Clausewitz and cyber security: towards a new Trinity?

By Andreas Haggman:

Clauzewitz in Cyber (by N. Gourof)

In November 2011 the UK government published its national Cyber Security Strategy, outlining the exponential growth of the internet, the threats and opportunities this presents, and a vision for 2015. Two main themes are present throughout the document: the need to acquire knowledge, skills and capability; and the role of the three main actors in the cyberspace – government, public and businesses. It can be postulated that these themes neatly align with the Trinitarian concepts underpinning seminal war theoretician Carl von Clausewitz’s magnum opus On War. In this work, Clausewitz presents two intertwined triangular relationships: the first – reason, passion and chance – is embodied by the second – government, people and military.  I will here argue that this second Trinity can be used as a main point of comparison between Clausewitz and the UK Cyber Security Strategy, but two critical flaws severely limit its applicability to war. Given the increased securitisation of cyberspace, the application of Clausewitzian theory to this nascent domain of security seems to be an apt endeavour.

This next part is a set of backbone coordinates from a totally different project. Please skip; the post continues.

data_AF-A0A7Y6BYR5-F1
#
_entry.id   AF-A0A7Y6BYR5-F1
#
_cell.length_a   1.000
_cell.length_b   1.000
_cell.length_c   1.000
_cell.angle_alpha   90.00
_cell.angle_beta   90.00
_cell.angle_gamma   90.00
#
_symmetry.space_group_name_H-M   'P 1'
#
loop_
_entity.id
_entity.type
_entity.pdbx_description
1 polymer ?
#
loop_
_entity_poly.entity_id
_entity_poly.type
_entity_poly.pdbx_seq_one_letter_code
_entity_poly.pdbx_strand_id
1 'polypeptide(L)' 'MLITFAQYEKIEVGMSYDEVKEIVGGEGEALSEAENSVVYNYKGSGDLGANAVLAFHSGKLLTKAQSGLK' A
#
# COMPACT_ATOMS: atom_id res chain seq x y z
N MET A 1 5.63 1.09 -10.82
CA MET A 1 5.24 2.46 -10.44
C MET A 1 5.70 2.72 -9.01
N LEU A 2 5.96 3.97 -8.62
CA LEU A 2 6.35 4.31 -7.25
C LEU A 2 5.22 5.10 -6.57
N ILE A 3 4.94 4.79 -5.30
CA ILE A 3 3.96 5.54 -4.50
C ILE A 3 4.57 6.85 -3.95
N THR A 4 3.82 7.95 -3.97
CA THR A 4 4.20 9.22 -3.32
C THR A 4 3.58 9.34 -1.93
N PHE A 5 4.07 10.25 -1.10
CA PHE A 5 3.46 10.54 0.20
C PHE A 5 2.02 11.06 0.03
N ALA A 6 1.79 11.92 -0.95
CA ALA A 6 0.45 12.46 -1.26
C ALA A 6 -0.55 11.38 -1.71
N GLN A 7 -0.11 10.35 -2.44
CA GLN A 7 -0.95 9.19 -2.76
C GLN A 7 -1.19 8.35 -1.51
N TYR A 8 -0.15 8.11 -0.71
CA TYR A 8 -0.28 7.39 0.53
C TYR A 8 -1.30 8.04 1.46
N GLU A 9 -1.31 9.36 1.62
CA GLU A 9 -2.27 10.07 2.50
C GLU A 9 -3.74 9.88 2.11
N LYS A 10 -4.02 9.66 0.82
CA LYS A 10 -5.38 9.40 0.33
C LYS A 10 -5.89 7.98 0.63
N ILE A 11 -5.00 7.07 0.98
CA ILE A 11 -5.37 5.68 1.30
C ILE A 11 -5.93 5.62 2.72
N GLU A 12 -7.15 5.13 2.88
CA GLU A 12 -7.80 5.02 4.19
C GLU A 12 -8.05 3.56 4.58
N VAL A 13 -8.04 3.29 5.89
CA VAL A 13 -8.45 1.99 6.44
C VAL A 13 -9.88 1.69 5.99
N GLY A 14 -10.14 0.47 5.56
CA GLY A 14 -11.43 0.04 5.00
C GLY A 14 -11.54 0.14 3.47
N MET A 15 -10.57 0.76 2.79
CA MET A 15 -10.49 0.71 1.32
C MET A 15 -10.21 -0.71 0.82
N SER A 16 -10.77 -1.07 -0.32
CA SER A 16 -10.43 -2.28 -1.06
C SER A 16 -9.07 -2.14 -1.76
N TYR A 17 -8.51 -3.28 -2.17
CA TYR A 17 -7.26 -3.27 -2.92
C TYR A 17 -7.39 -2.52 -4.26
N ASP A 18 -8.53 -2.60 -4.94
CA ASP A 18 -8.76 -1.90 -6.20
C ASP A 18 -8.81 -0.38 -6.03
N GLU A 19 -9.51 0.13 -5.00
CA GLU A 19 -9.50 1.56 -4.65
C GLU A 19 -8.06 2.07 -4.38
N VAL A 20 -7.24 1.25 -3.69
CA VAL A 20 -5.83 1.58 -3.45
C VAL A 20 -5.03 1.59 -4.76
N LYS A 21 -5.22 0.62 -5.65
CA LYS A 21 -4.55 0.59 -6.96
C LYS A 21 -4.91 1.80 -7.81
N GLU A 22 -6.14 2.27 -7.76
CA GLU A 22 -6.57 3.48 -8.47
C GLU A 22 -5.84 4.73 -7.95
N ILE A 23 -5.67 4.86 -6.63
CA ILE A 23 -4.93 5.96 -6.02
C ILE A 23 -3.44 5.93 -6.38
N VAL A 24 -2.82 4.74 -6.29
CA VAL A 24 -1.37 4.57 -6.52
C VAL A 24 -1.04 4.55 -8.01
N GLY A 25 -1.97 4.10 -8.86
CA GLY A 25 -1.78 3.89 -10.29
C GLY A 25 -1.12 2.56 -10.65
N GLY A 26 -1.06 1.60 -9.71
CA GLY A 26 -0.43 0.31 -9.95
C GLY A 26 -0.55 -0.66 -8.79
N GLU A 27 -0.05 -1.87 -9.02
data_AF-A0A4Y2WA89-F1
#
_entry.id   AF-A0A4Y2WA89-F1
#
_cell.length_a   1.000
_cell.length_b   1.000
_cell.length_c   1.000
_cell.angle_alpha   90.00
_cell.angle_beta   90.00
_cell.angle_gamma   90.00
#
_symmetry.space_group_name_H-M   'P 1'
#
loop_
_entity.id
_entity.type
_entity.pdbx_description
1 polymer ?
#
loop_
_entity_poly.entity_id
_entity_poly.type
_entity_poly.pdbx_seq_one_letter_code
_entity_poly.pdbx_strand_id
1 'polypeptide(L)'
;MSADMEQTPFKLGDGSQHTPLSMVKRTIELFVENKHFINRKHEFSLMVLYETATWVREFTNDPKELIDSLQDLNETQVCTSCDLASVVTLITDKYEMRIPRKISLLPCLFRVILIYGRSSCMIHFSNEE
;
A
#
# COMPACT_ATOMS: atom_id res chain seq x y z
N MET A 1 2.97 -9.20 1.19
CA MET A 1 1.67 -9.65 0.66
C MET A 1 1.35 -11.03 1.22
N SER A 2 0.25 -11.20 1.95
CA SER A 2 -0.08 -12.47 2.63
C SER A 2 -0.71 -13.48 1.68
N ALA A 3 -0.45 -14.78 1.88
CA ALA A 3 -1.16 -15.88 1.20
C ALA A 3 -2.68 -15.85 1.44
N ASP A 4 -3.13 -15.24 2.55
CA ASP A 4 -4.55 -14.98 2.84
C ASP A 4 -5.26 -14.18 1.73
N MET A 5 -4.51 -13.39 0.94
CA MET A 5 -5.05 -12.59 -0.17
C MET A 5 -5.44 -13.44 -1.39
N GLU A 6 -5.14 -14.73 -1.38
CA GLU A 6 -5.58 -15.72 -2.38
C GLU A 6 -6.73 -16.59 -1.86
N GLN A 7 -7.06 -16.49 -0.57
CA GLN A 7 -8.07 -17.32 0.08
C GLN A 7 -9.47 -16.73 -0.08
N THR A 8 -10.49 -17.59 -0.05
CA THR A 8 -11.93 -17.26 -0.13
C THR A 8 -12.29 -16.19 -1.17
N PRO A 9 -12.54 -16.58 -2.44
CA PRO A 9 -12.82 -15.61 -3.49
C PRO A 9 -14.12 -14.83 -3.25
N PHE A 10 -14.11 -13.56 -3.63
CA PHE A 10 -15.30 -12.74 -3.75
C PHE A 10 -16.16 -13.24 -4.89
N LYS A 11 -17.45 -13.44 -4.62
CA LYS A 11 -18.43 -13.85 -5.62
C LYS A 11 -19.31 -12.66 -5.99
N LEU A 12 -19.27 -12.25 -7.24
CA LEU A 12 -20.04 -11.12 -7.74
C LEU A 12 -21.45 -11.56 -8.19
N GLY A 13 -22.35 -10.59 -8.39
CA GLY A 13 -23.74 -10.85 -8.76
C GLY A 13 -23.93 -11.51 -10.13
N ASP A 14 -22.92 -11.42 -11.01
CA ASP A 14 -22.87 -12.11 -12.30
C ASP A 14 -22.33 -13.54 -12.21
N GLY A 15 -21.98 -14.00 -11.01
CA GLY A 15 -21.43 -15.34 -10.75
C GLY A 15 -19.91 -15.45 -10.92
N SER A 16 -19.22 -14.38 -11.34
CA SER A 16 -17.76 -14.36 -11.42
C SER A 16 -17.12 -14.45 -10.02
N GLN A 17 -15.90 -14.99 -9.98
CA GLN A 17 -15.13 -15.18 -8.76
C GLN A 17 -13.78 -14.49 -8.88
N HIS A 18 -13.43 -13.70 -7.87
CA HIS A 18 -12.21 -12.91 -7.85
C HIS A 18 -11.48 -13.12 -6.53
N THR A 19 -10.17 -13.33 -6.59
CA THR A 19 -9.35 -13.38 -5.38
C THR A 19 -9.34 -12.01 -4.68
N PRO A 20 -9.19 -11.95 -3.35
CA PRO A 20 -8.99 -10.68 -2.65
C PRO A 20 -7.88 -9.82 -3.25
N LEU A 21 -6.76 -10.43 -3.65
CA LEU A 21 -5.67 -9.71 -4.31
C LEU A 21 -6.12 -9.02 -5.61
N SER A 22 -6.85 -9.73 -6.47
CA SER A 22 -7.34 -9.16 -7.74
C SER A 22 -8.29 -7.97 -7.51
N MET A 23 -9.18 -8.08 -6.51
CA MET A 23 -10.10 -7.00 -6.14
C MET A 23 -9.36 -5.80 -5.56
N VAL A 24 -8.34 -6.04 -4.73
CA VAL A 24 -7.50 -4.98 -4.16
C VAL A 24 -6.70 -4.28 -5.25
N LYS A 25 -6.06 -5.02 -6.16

Clausewitz’s time-tested adage holds that the most effective and successful wars are conducted when the government, the people and the military of a state are in harmony. Without the support of one, the other two would fail in their endeavours. Similarly, in the UK Cyber Security Strategy, the government, the public and private businesses each have important roles to play and the malfunction of any party would seriously compromise the other two.

Warfare is clearly no longer conducted in the ways of the nineteenth century and with the current hype and ongoing debate about the ascendancy of cyber war, it is imaginable that the UK Cyber Security Strategy Trinity can be applied to conflict in the digital domain. However, there are two critical flaws with this theory, one conceptual and one motivational.